After BattleFrog cancelled their weekend races (and after going through some serious grieving), I went in pursuit of a new favorite OCR series. With Savage Race high on my bucket list, I snagged cheap airline tickets and registered for last Saturday’s Dallas event (Sept 10, 2016). I have to admit, a lot of cheesy relationship rebound analogies were going through my head. Would Savage Race be the one? Was it too soon to move on? Would I be thinking about BattleFrog while I was with Savage?!? The intent of this article is to provide a recap of this race as well as to share my opinion – if Savage Race will become the new favorite series for the rebounding Battlers.
In the early morning hours, wind and rain whipped through the event area. This rainstorm and the “cool” 60°F morning were quite the contrast to the 90°F sunny weather that had been the Dallas area norm. Fortunately, the OCR gods were smiling on us, and the rain passed shortly before the 9am SavagePro (i.e. elite) wave start time. Although the terrain was muddy, most of the obstacles were not overly slippery.
The course was just shy of 6 miles and consisted of 26 obstacles. The terrain was mainly flat with small rolling hills. Obstacles were sparse for the first 2 miles and were a variety of walls and mud pits. With this being my first Savage Race, I appreciated “easing” into the agility-based obstacles that I knew were ahead. At mile 3, the tides turned and many of Savage’s challenging obstacles made an appearance. These obstacles were Sawtooth, Pole Cat, Kiss My Walls, Great Wall, and Wheel World (pictured in order below). Although these obstacles slowed some of the elite runners down, none of these obstacles were a severe threat to claiming bands. A bottleneck did form at Kiss My Walls as the footholds became muddy and slippery due to the earlier rain. Additionally, Great Wall (an 8′ wall) was a challenge to several elite women since the use of kick-plates was not an option.
Mile 4’s obstacles gave a reprieve to the grip strength. Davy Jones Locker and Shriveled Richard (an ice bath) gave this portion of the course a “Tough Mudder” feel.
Teeter Tube marked the beginning of mile 5. This obstacle was a significant challenge to many racers because the moisture from the earlier rain made the tube extremely slippery. Even the most versed elite athletes had to inch their way up the tub at a painfully slow pace.
The final mile had an influx of agility/grip obstacles and included Colossus, On the Fence, Tree Hugger, and the Savage Rig. The Savage Rig consisted of rings, ropes, t-bars, nunchucks, and stirrup-type holds. Although the rig didn’t appear to be a significant challenge to the elite racers, many of the open racers did seem to struggle.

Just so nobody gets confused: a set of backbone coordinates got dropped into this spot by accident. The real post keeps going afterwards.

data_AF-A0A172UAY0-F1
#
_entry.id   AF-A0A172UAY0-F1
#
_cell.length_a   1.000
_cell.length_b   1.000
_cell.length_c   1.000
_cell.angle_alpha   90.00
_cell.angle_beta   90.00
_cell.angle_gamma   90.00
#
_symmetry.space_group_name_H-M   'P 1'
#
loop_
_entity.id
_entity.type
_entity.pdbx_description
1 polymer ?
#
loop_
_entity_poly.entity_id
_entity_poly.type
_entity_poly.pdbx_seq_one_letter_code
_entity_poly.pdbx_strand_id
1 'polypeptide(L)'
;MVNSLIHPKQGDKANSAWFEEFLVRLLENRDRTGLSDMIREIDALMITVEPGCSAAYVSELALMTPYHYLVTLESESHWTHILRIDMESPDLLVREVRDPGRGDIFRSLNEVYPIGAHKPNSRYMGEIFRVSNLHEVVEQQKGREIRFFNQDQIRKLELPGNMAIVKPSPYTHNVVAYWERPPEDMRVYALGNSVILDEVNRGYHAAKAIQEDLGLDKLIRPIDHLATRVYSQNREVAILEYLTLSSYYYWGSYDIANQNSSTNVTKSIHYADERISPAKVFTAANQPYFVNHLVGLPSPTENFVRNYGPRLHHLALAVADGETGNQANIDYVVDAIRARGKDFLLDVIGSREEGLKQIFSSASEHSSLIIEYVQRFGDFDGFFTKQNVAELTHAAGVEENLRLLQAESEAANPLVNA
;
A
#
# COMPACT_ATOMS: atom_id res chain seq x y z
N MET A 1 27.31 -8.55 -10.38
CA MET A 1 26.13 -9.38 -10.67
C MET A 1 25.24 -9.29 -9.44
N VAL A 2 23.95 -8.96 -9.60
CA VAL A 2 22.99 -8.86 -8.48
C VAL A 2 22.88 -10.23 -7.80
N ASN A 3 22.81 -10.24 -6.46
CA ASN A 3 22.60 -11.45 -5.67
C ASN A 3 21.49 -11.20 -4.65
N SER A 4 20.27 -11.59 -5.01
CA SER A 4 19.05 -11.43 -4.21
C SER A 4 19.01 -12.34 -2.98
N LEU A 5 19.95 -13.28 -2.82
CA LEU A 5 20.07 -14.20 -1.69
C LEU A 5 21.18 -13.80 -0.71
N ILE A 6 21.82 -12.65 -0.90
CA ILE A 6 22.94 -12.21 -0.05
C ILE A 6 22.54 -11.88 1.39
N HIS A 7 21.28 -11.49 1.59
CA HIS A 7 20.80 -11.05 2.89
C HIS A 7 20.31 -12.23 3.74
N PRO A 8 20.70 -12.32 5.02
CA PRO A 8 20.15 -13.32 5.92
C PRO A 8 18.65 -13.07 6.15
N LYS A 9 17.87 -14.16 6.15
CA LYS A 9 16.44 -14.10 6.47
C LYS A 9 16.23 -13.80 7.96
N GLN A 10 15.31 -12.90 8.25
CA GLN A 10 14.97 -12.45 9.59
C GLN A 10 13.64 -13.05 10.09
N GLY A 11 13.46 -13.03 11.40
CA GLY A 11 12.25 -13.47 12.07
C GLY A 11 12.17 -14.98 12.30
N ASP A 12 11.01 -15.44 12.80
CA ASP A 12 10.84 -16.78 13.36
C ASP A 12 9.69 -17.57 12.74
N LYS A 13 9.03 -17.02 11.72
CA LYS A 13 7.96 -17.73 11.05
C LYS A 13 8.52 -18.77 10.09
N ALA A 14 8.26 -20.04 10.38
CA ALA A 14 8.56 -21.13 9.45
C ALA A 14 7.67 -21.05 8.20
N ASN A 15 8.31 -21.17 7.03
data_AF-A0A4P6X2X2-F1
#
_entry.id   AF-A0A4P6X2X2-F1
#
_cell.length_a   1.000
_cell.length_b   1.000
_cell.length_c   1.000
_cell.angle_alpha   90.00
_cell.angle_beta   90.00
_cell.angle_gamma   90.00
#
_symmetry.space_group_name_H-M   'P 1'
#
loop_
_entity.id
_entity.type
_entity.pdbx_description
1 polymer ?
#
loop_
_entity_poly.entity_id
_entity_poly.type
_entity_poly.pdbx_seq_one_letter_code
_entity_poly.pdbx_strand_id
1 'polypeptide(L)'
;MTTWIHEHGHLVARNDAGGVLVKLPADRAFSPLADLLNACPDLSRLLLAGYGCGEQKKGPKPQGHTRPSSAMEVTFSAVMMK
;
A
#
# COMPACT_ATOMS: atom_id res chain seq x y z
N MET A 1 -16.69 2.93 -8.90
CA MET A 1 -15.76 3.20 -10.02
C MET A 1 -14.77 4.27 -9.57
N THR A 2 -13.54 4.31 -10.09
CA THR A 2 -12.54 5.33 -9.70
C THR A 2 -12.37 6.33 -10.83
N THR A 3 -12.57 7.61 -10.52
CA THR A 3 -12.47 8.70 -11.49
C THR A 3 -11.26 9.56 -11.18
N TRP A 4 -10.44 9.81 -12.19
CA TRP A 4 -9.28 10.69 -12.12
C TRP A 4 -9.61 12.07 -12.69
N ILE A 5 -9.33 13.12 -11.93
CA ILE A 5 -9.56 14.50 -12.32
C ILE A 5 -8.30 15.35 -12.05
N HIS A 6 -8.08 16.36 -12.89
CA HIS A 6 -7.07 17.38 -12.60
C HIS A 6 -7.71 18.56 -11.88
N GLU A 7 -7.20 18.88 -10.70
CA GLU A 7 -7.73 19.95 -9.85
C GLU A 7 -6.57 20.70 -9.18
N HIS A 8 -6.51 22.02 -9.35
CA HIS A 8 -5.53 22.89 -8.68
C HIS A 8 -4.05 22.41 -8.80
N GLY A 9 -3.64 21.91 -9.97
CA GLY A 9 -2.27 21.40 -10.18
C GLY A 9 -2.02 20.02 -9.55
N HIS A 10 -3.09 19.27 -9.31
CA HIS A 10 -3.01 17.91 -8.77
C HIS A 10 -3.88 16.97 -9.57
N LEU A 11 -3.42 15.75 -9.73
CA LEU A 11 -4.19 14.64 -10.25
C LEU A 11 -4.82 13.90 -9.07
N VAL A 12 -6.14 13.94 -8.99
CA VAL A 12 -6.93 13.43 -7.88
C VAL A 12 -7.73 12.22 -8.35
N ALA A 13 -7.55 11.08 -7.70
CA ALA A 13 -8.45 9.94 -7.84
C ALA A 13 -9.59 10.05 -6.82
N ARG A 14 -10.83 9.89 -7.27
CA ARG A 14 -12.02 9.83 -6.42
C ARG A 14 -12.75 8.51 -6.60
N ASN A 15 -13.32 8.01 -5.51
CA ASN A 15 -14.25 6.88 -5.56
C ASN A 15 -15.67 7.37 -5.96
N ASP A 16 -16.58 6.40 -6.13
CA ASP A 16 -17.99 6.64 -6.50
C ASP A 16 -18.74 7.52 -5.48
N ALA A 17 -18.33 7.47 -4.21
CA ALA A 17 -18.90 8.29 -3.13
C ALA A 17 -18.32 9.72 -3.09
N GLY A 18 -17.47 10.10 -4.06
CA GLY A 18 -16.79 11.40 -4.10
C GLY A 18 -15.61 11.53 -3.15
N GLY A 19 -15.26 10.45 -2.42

Will Savage Race become the new favorite for the BattleFrog following?
As preface to my opinion on this question, here are the aspects of Savage Race that I loved.
- Fun and camaraderie was the resounding theme. The design of the obstacles, the starting line vibe, the general feeling throughout this race, and the awards ceremony were all about bringing the racers together and making sure they had fun.
- The course design was superb! The distance of the course, the spacing of the obstacles, and creativity of the course layout were extremely well done.
- A+ on obstacle creativity! Savage has done an excellent job in striking a balance of fun and challenging. Additionally, by introducing new obstacles every year, they keep their races fresh and are progressing the sport of OCR.
Savage Race is a worthy contender as a new favorite for the BattleFrog following. I think, however, that Savage will need to make a few changes to completely steal our hearts.
- Make several of their grip and agility obstacles more challenging: For example, lengthening Wheel World, On the Fence, Tree Hugger, and the Savage Rig would make these obstacles more taxing without sacrificing the fun factor. Elite-specific lanes could be added to these obstacles to keep them doable for the open wave.
- Add a second lap: Anyone who has run elite in a BattleFrog event knows that the 2nd lap can be a total game changer as endurance and fatigue enter the mix. Being tested on both endurance and speed is something that many elite racers seek. Another option is for Savage to offer two event distances – a single lap or double lap (similar to Terrain Racing).
- Payouts to the master’s podium holders: The master’s category (40+) comprises a significant number of athletes. During this event in particular, 18% of the elite males that finished with their bands where in the master’s category. Savage will need to include a payout as part of the podium awards to gain a loyal masters following.
Latest posts by Rebecca Morr (see all)
- Savage Race Dallas 2016: Is it too soon for this Battler? - September 14, 2016
- BattleFrog Riverside Regional Championships - August 18, 2016